“I’m reasonably optimistic that talks can and will continue,” he said, adding that the talks are a way to contain North Korea’s nuclear weapons ambitions as “the two Koreas move down the road to resolution and eventual reunification.”

SAMINA AHMED, Project Director, South Asia International Crisis Group, Pakistan: Ahmed noted that the normalization process between India and Pakistan is ongoing, the result of a dialogue that began in January 2004 between Prime Minister Manmohan Singh and President Musharraf. But she cautioned that the situation is fragile.

Ahmed continues to believe the dialogue between India and Pakistan toward a durable peace “will only prosper if it is gradual, sustained and held mostly outside the glare of the media.” She also recommended the countries “should resist the temptation to push the pace on contentious issues,” including Kashmir, “and opt instead to move steadily toward a normalization of relations.”

RALPH L. BOYCE, U.S. Ambassador to Thailand: Boyce said the U.S. recognizes that each country in the region may have a different approach to how proactively or aggressively it addresses the global war on terrorism. “The overwhelmingly moderate, open and tolerant tendencies of Muslims in this region have very much reasserted themselves,” he said.

The ambassador said the response to the tsunami was a textbook example of how to respond to disaster management, noting the success of the collaborative effort was the result of five decades of cooperation and interaction between the U.S. and countries in Asia. Military, civilian relief agencies, United Nations’ organizations and the private sector “demonstrated how a truly multilateral relief effort can work in a positive way.”

Boyce suggested there is a sense that ASEAN is “a little bit adrift” in trying to establish itself as a relevant institution. “On the other hand, imagining Southeast Asia without ASEAN,” he said is “almost an unthinkable possibility because the 10 countries are so different they need something that provides cohesion and a place to discuss their issues.”

SURIN PITSUWAN, member of the Thai Parliament and former Foreign Affairs Minister: Pitsuwan discussed the likelihood of the emergence of a new regional institution in East Asia when leaders meet in Kuala Lumpur at the end of the year.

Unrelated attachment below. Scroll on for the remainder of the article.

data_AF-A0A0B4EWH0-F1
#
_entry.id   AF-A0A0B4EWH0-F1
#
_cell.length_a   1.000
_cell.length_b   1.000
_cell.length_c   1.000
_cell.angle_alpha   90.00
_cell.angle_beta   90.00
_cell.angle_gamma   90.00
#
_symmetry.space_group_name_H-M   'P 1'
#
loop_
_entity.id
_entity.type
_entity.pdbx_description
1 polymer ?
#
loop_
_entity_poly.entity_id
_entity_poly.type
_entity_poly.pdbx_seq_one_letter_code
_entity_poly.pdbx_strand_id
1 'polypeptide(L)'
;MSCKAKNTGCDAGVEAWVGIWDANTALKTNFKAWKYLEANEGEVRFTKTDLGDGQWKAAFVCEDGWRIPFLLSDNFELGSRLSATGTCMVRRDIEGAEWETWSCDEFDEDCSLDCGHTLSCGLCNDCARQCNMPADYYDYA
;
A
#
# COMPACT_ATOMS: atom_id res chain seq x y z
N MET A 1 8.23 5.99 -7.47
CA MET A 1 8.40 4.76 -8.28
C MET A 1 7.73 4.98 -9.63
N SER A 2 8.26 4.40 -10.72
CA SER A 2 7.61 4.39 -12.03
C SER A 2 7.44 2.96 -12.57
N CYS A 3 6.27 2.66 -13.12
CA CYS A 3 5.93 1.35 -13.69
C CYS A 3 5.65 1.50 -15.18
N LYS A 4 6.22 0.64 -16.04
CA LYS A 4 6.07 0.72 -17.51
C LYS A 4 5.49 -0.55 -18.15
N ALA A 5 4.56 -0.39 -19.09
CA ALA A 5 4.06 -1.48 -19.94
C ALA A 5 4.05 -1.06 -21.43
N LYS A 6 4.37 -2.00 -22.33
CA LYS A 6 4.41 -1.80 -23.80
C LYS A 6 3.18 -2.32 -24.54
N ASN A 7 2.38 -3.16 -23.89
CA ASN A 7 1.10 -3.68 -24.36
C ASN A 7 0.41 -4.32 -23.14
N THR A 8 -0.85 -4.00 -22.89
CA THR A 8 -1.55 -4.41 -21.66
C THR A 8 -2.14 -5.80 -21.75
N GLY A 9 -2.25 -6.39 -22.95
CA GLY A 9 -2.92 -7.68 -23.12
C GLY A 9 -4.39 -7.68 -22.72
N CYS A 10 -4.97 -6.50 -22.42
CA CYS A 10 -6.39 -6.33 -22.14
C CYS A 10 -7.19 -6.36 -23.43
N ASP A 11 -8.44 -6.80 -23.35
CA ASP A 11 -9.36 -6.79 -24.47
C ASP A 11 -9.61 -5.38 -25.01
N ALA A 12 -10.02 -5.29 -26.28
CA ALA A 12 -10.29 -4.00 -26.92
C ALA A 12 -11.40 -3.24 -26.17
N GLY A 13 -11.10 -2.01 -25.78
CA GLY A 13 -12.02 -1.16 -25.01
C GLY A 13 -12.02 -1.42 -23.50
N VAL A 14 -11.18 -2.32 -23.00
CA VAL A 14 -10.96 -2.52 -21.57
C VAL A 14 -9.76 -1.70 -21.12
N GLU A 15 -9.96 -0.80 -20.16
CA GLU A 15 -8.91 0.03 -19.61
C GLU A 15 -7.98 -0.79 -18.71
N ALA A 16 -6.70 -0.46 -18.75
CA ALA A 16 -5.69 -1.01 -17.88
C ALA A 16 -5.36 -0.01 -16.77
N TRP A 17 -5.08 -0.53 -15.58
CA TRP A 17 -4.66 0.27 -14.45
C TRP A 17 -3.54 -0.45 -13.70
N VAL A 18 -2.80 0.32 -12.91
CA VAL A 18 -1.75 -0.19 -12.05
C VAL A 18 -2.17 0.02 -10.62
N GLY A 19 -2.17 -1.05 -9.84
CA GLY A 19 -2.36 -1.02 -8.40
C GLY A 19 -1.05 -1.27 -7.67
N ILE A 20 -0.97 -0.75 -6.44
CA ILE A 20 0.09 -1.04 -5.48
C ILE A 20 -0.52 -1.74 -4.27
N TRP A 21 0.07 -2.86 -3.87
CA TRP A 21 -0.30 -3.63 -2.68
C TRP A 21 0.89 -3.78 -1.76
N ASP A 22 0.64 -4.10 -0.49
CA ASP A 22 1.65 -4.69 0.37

He said that Islam in Southeast Asia is more moderate, tolerant and flexible. He suggested that Muslim countries in Southeast Asia “could be a model for the world in dealing with the Muslim world in general” because the countries “are willing to open up, willing to innovate, willing to try different initiatives, willing to accommodate modernity and globalization with confidence, with a positive attitude.”

Pitsuwan said, “Force alone cannot solve the problem of violence and conflict. In the end you will have to talk about human qualities, developing human resources, developing competitiveness so that the younger generation … can have a stake in the age of globalization. And that’s the investment that I think the world has to make and that I think the American government and people have to make.”

HITOSHI TANAKA, former Deputy Foreign Affairs Minister, Japan: Tanaka said Japan is getting “much more self-assertive” and independent in determining its foreign policy goals. “That will be the future tendency,” he said, adding that “at the same time we have a very strong feeling that a stronger U.S.-Japan alliance would be good for us, for our diplomacy, particularly in East Asia.”

He said Japan is coming to a crossroads in its relationship with China, in determining what type of relationship to have with “a growing China.” “That will be a crucial issue for Japanese diplomacy,” he said. “We must base our discussion on common interests and we need to think not just in the short-term perspective but in the longer term perspective.”

This is an East-West Wire, copyright East-West Center